Russian Propaganda Is Pervasive, and America Is Behind the Power Curve in Countering It


Sep 13, 2016

Russian President Vladimir Putin signs a visitors' book at the former home of Russian writer Leo Tolstoy in Yasnaya Polyana, September 8, 2016

Russian President Vladimir Putin signs a visitors' book at the former home of Russian writer Leo Tolstoy in Yasnaya Polyana, September 8, 2016

Photo by Sputnik/Kremlin/Mikhail Klimentyev via Reuters

This commentary originally appeared on U.S. News & World Report on September 9, 2016.

As Washington investigates alleged Russian hacking of U.S. political systems, Russian propagandists are also at work across a wide front, aiming a firehose of falsehoods at ill-informed audiences, foreign and domestic. A recent RAND study reveals how this disinformation — intentionally false — leverages psychological vulnerabilities to sway audiences. U.S. leaders should raise public consciousness about its nature and dangers.

In January 1981, days after his inauguration, President Ronald Reagan showed the way. Soviet leaders, he said, “reserve unto themselves the right to commit any crime, to lie, to cheat” in order to further their cause. His words gained worldwide notice. They were effective, because they meshed with other evidence in the public mind of Soviet wrongdoing, such as the invasion of Afghanistan in 1979 and heightened nuclear missile threats in Europe. An egregious example of Soviet disinformation from the 1980s was the claim that the HIV/AIDS epidemic emerged from U.S. biological weapons research (PDF).

The explosion of new media is a boon for propagandists.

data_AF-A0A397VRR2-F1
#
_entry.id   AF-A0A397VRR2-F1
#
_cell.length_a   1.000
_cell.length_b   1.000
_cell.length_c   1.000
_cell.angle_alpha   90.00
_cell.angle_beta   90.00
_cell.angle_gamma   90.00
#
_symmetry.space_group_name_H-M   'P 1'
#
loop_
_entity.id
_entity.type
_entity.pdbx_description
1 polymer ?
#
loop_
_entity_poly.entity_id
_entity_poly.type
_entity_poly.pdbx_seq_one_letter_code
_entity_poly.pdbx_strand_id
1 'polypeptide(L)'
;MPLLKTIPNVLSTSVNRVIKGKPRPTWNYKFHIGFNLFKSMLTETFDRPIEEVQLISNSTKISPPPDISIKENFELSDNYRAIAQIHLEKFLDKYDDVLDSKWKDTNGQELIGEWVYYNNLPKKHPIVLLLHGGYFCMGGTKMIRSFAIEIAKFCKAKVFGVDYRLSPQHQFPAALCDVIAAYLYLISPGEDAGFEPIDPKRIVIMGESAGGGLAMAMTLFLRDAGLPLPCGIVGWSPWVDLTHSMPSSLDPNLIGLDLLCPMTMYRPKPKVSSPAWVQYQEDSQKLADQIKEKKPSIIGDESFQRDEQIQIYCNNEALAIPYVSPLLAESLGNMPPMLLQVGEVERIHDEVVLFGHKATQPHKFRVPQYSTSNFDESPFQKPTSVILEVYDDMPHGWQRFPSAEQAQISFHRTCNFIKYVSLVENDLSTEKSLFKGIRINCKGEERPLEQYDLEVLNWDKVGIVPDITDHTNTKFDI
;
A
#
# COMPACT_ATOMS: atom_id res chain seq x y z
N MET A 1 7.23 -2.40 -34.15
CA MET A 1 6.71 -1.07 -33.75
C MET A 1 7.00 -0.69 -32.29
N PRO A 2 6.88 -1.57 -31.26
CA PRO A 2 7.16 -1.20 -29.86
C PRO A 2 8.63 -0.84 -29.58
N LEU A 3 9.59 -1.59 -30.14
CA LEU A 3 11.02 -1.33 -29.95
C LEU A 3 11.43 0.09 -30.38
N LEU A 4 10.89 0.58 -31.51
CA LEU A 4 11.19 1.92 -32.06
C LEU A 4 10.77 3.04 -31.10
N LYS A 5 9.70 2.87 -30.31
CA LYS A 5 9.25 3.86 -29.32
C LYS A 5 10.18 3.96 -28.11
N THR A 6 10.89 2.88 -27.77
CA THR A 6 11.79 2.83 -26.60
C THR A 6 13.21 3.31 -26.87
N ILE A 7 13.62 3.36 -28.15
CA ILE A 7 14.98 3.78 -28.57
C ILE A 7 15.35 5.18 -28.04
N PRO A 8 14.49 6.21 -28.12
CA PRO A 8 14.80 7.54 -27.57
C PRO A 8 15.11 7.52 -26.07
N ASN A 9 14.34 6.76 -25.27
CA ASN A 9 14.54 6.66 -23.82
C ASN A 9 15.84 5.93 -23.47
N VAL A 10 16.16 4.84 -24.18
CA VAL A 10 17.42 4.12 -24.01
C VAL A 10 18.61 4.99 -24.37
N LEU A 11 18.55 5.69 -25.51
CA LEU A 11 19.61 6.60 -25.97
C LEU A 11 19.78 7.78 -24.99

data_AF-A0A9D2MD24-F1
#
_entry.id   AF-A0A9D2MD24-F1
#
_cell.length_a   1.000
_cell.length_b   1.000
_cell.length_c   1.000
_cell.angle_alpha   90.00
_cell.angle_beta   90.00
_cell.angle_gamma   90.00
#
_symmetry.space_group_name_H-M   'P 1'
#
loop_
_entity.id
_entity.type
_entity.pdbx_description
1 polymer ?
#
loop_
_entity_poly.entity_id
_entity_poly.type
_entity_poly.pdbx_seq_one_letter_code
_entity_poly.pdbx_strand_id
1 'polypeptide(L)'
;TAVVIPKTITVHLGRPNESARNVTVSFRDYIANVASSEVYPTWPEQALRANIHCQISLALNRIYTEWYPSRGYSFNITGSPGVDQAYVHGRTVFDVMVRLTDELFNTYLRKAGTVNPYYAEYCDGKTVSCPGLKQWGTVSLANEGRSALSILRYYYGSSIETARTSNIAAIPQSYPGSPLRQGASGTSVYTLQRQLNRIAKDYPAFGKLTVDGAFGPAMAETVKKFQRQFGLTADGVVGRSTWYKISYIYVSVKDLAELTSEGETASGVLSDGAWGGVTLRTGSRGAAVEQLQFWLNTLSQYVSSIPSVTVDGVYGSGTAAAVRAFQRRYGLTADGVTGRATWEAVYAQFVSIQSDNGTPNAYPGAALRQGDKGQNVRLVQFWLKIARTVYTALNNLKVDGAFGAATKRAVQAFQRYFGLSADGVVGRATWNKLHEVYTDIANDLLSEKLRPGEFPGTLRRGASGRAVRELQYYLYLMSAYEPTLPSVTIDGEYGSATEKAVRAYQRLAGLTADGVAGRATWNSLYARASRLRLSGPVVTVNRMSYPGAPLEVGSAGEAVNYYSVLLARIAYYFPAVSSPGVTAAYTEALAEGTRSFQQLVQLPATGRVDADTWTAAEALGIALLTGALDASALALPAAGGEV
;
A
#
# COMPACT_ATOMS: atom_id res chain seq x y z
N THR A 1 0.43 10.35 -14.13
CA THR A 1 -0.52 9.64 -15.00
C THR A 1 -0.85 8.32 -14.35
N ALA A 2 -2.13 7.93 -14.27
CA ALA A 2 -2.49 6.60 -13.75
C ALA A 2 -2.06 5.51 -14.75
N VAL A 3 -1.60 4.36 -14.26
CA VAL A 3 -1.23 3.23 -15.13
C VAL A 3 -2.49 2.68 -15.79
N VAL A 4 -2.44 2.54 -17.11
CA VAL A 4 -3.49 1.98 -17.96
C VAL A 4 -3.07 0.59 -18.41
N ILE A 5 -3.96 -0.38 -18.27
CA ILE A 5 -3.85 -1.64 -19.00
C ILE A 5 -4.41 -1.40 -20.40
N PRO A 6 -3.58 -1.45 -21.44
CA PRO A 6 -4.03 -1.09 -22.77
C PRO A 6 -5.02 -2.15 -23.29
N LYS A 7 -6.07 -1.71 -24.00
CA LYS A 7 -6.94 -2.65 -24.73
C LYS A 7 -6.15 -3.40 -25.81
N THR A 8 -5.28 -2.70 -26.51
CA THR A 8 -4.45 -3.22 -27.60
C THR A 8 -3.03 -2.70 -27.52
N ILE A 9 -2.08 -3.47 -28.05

The explosion of new media is a boon for propagandists. RT, formerly Russia Today, spends over $300 million per year purveying a toxic mixture of entertainment, real news and disinformation across cable, satellite and online media. Dozens of Kremlin-backed proxy news sites blast propaganda while hiding or downplaying their affiliation. Russian trolls and hackers manipulate thousands of fake accounts on Twitter, Facebook and other social media. This volume and multiplicity of media and modes has an effect; research in psychology shows that multiple sources are more persuasive than a single source.

Russia's approach to propaganda emphasizes creating first impressions, which tend to be resilient, and then reinforcing them through repetition. In this way Kremlin propagandists have persuaded some of the less informed that Ukraine's post-Maidan government is fascist. Contrary to credible findings of pervasive state-sponsored Russian doping at the 2014 Winter Olympics in Sochi, Moscow's early and repeated denials have confused some audiences.

While some Russian propaganda stories build around a kernel of truth, others are wholly manufactured and spun. In 2014 propagandists fabricated social media reports to spur panic about a nonexistent chemical plume in Louisiana. Even after German police uncovered the falsehood of claims that a 13-year-old Russian-speaking girl in Cologne was gang-raped by immigrants last January, Moscow kept warning about it. Why might a drumbeat of falsehoods succeed? People are often poor judges of the credibility of both information and its sources, psychology research has found, and over time familiar messages or those previously identified as false can become more persuasive.

Russian propaganda does not shy away from making inconsistent claims; its goal is to see which gain acceptance with various audiences. When in July 2014 Malaysia Airlines Flight 17 was shot down over eastern Ukraine, various Russian sources claimed: A Ukrainian jet fighter was responsible, Ukrainian ground forces were trying to down an aircraft carrying Putin and Ukrainian air traffic control forced MH-17 to fly over a war zone. But the propagandists were clumsy. Just after the crash, ITAR-TASS reported that a “Ukrainian Air Force An-26 transport plane” had been downed by a missile. A few weeks earlier Russian-backed rebels bragged of acquiring a Russian Buk anti-aircraft missile system, the weapon that Dutch investigators found had brought down the airliner.